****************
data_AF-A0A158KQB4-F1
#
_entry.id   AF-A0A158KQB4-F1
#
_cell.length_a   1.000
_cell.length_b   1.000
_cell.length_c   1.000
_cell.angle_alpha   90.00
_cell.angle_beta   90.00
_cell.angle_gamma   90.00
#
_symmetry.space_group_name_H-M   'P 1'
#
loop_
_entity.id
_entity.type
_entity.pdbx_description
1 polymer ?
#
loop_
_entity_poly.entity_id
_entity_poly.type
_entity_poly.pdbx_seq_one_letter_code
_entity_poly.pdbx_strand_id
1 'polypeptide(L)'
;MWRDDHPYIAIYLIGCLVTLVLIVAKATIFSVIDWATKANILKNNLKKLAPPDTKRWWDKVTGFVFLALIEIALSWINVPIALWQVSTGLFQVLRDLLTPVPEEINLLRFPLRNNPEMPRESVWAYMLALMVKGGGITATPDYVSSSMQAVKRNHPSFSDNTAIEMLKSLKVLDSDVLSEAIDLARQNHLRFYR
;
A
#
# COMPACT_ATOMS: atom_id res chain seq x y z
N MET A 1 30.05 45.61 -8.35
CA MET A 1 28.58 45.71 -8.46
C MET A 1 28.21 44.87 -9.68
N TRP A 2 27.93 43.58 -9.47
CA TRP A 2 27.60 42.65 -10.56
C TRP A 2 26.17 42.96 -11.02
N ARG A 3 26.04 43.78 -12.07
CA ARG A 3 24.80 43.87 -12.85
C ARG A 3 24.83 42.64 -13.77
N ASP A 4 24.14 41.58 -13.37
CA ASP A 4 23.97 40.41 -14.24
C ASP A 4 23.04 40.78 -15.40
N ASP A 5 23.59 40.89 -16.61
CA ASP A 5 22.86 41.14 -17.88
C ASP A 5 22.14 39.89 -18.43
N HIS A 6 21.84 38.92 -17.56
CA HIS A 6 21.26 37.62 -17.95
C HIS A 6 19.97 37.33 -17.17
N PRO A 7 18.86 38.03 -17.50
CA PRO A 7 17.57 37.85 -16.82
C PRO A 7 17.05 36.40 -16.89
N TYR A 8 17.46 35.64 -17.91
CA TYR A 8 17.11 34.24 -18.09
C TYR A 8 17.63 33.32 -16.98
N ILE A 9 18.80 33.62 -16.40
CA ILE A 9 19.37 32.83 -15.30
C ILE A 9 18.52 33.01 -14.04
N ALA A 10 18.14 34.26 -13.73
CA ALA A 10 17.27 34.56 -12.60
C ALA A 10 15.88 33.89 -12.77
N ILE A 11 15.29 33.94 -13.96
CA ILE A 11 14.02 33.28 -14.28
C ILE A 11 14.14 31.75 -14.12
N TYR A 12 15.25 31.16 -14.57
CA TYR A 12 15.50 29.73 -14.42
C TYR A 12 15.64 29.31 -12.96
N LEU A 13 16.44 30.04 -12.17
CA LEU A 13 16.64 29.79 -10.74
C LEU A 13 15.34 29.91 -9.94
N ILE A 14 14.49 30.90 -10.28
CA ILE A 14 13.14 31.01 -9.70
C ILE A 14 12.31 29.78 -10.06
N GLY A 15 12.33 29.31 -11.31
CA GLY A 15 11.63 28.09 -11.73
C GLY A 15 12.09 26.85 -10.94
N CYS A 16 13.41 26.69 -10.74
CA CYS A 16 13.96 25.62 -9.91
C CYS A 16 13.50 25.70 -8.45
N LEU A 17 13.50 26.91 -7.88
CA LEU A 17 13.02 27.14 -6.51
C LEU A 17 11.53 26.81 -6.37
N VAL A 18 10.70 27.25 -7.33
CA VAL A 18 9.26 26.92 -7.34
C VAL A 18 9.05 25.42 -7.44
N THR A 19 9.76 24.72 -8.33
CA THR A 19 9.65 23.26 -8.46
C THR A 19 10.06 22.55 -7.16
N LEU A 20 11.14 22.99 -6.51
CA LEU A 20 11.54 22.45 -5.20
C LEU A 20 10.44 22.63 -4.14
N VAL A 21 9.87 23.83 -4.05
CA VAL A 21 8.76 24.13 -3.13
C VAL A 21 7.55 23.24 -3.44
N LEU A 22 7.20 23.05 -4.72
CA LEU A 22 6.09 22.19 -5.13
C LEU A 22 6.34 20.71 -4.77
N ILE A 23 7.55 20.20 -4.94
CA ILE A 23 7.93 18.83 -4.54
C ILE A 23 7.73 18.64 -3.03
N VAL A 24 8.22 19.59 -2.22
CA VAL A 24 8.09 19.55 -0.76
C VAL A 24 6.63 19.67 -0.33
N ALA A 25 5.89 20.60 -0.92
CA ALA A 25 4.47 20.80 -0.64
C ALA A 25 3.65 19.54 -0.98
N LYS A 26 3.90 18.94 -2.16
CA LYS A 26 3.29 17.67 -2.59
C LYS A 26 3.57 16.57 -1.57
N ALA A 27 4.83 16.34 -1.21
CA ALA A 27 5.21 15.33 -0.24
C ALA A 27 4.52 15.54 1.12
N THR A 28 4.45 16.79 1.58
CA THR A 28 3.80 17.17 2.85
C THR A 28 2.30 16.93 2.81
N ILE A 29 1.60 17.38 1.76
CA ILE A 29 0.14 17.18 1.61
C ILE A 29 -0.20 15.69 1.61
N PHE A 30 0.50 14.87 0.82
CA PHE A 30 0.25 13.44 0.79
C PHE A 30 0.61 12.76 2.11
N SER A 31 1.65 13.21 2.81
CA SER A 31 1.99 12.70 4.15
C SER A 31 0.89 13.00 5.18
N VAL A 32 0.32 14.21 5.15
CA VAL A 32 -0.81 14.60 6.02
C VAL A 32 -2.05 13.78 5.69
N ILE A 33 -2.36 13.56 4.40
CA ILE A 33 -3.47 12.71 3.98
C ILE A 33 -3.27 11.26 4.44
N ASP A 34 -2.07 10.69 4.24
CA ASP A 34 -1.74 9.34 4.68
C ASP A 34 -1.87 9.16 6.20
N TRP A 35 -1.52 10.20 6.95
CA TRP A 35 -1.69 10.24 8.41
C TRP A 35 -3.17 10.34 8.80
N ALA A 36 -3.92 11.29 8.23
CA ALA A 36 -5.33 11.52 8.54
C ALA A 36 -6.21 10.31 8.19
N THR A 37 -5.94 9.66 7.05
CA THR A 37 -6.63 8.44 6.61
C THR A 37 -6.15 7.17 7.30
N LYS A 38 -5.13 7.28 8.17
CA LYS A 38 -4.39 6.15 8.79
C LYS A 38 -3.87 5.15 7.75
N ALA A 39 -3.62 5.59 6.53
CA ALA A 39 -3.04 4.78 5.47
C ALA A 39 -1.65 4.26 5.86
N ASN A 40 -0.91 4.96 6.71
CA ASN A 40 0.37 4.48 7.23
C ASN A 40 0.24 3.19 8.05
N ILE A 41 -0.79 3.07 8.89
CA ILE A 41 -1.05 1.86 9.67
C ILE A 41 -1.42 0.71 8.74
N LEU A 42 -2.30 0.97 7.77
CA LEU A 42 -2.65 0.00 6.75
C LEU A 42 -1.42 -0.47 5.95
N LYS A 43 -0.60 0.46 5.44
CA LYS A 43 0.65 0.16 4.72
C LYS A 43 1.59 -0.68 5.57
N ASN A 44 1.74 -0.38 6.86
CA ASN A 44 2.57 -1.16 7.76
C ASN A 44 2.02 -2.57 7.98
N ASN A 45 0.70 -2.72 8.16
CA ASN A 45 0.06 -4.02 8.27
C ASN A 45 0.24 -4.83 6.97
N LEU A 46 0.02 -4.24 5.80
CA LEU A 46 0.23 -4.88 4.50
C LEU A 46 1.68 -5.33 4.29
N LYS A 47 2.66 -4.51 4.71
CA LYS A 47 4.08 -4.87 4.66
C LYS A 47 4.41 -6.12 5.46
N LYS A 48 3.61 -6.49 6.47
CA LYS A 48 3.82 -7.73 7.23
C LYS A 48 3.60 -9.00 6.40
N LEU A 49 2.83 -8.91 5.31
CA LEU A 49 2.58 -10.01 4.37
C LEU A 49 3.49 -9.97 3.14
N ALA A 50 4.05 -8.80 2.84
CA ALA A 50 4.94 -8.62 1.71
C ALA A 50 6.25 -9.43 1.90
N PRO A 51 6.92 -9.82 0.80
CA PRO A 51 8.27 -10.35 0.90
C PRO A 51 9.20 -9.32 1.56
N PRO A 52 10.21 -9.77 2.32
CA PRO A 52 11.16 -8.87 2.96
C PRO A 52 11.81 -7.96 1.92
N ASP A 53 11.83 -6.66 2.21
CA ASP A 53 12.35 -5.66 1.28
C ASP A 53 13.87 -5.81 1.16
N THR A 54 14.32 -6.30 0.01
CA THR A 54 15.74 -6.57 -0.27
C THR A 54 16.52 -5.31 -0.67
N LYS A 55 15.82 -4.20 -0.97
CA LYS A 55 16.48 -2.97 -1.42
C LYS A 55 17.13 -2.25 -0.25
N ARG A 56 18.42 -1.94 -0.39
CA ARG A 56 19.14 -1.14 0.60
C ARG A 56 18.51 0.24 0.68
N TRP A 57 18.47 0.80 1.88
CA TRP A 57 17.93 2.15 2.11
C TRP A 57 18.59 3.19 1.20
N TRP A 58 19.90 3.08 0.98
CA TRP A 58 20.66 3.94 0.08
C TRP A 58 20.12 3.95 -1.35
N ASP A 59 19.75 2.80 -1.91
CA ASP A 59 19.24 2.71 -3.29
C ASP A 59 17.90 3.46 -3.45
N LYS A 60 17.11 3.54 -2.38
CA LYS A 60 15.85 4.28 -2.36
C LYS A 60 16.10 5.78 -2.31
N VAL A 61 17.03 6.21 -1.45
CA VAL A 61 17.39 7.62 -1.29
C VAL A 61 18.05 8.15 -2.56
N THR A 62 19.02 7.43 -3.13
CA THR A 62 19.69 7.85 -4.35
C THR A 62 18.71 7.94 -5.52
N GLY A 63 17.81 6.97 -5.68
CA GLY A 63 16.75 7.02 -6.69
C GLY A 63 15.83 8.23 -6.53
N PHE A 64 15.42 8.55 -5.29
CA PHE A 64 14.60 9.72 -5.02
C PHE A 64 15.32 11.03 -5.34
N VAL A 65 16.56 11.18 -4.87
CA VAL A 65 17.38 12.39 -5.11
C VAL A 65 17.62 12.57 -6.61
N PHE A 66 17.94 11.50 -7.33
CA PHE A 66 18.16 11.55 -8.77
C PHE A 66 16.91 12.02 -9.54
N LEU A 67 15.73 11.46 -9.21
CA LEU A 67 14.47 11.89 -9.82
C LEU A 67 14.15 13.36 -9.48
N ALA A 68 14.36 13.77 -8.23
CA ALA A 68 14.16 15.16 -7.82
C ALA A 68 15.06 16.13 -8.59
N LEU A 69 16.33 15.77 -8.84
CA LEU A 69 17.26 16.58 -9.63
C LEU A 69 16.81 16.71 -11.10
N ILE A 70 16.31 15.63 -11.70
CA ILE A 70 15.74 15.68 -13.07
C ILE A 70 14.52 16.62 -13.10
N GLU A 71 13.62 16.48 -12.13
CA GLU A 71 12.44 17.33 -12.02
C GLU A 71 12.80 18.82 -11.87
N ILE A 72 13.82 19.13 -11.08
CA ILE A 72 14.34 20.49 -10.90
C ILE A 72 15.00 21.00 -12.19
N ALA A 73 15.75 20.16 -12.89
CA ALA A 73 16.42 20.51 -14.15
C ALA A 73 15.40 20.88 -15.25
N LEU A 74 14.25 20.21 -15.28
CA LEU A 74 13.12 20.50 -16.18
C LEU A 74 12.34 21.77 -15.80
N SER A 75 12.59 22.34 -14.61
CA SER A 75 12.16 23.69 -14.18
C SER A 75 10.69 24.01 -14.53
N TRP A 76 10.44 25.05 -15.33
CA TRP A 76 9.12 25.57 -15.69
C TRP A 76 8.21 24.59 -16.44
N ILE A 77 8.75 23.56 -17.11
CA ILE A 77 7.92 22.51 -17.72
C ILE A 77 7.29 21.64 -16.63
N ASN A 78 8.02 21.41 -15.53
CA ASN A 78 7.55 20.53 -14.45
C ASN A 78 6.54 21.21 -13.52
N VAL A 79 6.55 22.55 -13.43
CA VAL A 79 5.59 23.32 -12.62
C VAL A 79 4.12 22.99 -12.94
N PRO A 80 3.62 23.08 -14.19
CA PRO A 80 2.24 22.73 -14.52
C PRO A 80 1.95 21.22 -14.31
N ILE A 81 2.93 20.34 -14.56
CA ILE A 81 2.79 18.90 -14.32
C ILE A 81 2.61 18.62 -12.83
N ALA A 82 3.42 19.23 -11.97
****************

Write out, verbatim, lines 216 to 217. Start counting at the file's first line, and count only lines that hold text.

C THR A 62 18.71 7.94 -5.52
N GLY A 63 17.81 6.97 -5.68